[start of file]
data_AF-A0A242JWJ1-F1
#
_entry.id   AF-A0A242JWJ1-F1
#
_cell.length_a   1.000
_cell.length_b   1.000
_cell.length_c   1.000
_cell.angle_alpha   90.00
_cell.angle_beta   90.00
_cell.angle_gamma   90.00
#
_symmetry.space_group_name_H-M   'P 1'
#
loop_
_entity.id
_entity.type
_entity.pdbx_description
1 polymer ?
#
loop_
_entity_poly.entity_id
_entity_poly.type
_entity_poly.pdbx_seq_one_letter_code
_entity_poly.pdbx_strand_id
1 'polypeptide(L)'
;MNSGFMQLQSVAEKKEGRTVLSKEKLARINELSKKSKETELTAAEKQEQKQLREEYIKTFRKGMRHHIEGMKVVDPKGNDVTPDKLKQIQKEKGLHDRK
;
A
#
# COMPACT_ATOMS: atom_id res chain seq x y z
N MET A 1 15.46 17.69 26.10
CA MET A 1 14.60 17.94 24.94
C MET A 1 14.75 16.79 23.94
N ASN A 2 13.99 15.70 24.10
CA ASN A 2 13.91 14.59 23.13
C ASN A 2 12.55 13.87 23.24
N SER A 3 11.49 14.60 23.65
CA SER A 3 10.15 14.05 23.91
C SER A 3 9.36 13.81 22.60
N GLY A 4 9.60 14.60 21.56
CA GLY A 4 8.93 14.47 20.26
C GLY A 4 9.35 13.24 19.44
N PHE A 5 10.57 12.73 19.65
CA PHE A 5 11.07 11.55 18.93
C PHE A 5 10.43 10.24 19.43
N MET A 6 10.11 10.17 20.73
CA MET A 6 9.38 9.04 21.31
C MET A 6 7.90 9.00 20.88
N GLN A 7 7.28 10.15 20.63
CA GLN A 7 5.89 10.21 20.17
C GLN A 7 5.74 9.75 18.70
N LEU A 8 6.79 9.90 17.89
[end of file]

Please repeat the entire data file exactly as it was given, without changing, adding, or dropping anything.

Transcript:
data_AF-A0A242JWJ1-F1
#
_entry.id   AF-A0A242JWJ1-F1
#
_cell.length_a   1.000
_cell.length_b   1.000
_cell.length_c   1.000
_cell.angle_alpha   90.00
_cell.angle_beta   90.00
_cell.angle_gamma   90.00
#
_symmetry.space_group_name_H-M   'P 1'
#
loop_
_entity.id
_entity.type
_entity.pdbx_description
1 polymer ?
#
loop_
_entity_poly.entity_id
_entity_poly.type
_entity_poly.pdbx_seq_one_letter_code
_entity_poly.pdbx_strand_id
1 'polypeptide(L)'
;MNSGFMQLQSVAEKKEGRTVLSKEKLARINELSKKSKETELTAAEKQEQKQLREEYIKTFRKGMRHHIEGMKVVDPKGNDVTPDKLKQIQKEKGLHDRK
;
A
#
# COMPACT_ATOMS: atom_id res chain seq x y z
N MET A 1 15.46 17.69 26.10
CA MET A 1 14.60 17.94 24.94
C MET A 1 14.75 16.79 23.94
N ASN A 2 13.99 15.70 24.10
CA ASN A 2 13.91 14.59 23.13
C ASN A 2 12.55 13.87 23.24
N SER A 3 11.49 14.60 23.65
CA SER A 3 10.15 14.05 23.91
C SER A 3 9.36 13.81 22.60
N GLY A 4 9.60 14.60 21.56
CA GLY A 4 8.93 14.47 20.26
C GLY A 4 9.35 13.24 19.44
N PHE A 5 10.57 12.73 19.65
CA PHE A 5 11.07 11.55 18.93
C PHE A 5 10.43 10.24 19.43
N MET A 6 10.11 10.17 20.73
CA MET A 6 9.38 9.04 21.31
C MET A 6 7.90 9.00 20.88
N GLN A 7 7.28 10.15 20.63
CA GLN A 7 5.89 10.21 20.17
C GLN A 7 5.74 9.75 18.70
N LEU A 8 6.79 9.90 17.89